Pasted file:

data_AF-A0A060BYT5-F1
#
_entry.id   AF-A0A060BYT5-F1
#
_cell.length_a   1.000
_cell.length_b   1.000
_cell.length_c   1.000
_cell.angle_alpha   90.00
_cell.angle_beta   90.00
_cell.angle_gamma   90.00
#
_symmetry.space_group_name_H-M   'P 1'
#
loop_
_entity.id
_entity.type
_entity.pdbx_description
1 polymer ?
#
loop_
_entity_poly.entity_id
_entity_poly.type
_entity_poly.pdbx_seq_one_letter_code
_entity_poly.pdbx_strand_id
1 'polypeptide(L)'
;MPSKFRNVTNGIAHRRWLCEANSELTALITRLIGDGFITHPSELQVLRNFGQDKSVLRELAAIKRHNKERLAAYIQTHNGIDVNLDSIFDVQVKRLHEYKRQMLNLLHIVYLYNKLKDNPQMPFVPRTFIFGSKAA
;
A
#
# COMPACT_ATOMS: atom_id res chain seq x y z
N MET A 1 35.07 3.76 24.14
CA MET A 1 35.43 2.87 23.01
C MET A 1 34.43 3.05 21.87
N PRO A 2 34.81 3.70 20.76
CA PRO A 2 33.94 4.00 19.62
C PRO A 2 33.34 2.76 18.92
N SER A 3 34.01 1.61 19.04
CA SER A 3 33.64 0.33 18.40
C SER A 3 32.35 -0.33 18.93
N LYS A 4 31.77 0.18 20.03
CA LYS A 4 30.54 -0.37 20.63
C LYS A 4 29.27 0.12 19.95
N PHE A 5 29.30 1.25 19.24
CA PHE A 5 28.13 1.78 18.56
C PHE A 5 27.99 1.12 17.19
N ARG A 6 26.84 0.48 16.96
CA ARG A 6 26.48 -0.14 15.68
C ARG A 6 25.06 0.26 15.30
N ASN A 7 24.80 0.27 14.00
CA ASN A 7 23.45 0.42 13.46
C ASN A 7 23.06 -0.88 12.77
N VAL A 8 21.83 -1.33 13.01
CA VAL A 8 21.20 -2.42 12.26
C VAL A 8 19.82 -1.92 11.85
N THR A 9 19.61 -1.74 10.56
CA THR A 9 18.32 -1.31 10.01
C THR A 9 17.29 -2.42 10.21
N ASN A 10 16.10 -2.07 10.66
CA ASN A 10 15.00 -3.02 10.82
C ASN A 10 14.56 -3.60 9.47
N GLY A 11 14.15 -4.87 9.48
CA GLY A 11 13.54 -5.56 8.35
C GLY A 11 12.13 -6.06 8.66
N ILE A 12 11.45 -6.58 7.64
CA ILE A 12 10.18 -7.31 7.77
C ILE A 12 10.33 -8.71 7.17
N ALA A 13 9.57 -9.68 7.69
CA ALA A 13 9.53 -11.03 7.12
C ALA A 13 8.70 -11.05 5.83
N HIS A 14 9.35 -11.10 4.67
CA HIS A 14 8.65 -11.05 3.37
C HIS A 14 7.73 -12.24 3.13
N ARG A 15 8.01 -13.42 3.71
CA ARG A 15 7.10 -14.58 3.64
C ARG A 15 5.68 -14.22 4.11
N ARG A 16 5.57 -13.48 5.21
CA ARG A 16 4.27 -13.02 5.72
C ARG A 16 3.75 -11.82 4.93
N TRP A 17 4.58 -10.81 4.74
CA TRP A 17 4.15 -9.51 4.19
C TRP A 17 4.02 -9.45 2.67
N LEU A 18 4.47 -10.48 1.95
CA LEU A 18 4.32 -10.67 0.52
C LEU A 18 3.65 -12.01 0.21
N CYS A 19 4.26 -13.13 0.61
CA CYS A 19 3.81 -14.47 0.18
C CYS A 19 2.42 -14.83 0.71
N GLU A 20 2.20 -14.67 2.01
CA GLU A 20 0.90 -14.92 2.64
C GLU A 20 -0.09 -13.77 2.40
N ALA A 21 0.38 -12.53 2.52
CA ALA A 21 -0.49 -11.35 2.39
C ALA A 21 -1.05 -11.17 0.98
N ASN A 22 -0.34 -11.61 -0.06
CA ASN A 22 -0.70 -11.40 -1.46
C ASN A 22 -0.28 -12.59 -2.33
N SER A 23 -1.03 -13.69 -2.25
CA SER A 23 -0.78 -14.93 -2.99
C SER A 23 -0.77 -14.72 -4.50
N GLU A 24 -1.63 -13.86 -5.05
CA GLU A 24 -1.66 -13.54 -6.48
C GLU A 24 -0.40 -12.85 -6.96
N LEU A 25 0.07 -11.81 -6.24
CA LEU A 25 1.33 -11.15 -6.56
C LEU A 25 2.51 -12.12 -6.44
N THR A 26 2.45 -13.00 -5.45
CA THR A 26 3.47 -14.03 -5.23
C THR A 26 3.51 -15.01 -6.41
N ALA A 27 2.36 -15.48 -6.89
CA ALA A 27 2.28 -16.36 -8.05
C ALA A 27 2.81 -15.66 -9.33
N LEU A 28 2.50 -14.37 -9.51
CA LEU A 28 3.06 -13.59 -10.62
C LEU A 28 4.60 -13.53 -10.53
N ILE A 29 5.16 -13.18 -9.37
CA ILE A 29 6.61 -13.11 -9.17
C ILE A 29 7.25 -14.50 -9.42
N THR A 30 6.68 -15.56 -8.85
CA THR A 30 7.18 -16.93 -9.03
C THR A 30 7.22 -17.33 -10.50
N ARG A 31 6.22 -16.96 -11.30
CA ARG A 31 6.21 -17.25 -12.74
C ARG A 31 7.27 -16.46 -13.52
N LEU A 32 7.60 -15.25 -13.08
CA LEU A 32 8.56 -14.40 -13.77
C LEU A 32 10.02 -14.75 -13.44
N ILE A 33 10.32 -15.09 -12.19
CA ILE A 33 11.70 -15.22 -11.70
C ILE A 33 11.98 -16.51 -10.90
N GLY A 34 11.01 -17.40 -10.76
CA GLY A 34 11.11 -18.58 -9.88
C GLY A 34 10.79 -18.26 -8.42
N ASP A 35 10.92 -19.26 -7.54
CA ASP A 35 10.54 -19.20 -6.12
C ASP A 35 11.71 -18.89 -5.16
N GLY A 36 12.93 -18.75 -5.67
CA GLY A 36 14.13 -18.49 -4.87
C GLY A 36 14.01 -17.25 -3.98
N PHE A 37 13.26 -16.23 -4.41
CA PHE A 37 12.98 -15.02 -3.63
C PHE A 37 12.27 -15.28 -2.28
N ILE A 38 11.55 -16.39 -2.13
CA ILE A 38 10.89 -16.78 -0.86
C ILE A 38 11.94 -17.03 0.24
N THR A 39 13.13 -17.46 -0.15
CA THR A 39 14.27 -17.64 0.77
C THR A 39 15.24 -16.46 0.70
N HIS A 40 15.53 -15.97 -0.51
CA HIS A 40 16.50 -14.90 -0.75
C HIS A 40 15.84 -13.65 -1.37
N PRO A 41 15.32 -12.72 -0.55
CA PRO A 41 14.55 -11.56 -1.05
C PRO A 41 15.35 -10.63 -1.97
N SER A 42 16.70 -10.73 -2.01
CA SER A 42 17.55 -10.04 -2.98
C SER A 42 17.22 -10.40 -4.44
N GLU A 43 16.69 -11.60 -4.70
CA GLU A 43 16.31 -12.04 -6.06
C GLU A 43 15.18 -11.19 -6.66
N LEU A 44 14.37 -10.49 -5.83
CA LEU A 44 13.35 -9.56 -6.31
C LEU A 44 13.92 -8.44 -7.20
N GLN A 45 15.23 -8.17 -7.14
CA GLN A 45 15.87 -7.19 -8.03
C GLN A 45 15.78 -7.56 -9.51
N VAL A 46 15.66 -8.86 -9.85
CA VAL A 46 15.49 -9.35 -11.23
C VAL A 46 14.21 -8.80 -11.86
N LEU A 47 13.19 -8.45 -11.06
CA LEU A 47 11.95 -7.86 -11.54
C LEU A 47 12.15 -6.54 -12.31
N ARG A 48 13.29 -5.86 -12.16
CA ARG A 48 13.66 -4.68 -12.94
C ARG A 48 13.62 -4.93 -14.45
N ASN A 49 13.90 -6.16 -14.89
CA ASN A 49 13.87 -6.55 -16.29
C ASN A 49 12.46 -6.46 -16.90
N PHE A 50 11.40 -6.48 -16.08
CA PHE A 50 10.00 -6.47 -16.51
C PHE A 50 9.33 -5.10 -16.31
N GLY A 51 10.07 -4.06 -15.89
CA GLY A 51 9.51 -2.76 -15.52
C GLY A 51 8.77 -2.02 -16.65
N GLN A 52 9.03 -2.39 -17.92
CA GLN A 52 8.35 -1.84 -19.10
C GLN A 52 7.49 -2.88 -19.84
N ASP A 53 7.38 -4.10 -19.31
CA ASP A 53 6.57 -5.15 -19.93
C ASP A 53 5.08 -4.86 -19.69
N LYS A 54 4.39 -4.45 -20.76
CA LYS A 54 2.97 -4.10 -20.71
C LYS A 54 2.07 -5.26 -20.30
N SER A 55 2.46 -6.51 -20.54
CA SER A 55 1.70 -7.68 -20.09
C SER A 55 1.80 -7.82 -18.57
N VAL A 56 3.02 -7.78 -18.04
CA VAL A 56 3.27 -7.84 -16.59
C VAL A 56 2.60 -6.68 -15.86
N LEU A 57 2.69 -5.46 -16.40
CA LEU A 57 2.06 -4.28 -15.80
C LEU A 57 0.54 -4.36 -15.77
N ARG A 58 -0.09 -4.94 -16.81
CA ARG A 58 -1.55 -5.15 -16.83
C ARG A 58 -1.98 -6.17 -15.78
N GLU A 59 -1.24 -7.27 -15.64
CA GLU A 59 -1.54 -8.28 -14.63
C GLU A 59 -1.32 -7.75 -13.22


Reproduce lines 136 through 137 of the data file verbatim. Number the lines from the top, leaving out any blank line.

N GLY A 36 12.93 -18.75 -5.67
CA GLY A 36 14.13 -18.49 -4.87